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[310] reserve on the right, while Green's remained guarding the left. It was plain to be seen, from the Federal line, that there was a wide gap in the open field between Early's right and the left of Ewell's other brigades. The Federals attempted to break Jackson's line through this opening; but Early, always quickly comprehending the wants of his position, had already asked for reinforcements to fill this space, and Jackson promptly furnished Thomas' brigade of A. P. Hill's division, and so made his line an unbroken front.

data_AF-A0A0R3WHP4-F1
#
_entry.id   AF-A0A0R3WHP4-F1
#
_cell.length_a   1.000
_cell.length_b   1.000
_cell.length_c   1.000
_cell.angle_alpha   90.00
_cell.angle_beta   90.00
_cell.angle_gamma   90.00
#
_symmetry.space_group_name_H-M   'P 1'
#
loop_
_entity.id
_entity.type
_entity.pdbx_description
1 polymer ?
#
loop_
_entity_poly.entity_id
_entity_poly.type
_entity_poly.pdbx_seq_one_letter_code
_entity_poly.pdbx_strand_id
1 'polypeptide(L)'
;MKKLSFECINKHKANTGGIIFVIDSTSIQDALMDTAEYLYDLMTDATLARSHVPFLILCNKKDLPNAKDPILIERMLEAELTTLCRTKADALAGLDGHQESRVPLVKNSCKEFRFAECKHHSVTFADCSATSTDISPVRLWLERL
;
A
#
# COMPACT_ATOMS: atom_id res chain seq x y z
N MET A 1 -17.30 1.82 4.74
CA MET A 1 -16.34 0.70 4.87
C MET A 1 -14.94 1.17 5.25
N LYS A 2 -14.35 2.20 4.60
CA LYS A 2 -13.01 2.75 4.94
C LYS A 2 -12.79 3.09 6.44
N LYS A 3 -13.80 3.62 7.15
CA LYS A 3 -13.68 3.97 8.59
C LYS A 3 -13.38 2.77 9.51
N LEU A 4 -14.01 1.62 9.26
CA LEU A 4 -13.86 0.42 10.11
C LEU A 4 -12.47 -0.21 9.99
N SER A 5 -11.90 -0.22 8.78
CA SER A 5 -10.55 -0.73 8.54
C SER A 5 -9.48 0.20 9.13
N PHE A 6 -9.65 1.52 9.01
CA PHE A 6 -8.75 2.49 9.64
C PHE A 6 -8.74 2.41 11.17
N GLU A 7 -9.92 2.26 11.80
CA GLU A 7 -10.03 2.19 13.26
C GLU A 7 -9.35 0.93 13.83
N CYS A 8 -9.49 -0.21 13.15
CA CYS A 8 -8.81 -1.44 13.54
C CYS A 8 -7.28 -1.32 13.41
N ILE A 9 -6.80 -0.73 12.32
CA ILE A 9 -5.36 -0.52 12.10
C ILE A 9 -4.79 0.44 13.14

The Federal advance on the north of the road, that of Crawford's brigade, was more successful. Taliaferro's brigade held the road and the strip of woods to the south of it on Early's left, but with several batteries between, and extended a short distance north of the road along the edge of the forest and that of the wheat field. His line was prolonged to the left, in the woods, by Campbell's brigade. It was unfortunate that the brave and prudent Winder was not at this point to look after these brigades of his division. He had been mortally wounded by the fragment of a shell, just as the action commenced some hours before. Crawford, with his own and part of Gordon's brigade on the Federal right, soon emerged from the forest, and in gallant style swept across the wheat field, diagonally turning on his left, and struck first Campbell's brigade and then Taliaferro's, and drove them back in great confusion, thus threatening for the time to effectually turn Jackson's left and gain possession of his rear. The Confederate officers of the two brigades that had been flanked, aided by Jackson in person and all his staff, made heroic efforts to rally their men. Every regimental commander was either killed or wounded, and they met with but small success in their efforts, and the winning tido of Federal soldiery swept eastward across the road and struck Early's left, breaking or driving back the half of his brigade. The Thirteenth Virginia, under Col. James A. Walker, though forced back on Early's left, made a determined resistance, holding on to its organization, and became a check on the Federal attack. Early's right, parts of the Twelfth Georgia and the Fifty-second and Fifty-eighth Virginia (parts of Gen. Edward Johnson's old command on Alleghany mountain and at McDowell), held their ground and beat back the oncoming tide. As soon as this Federal attack

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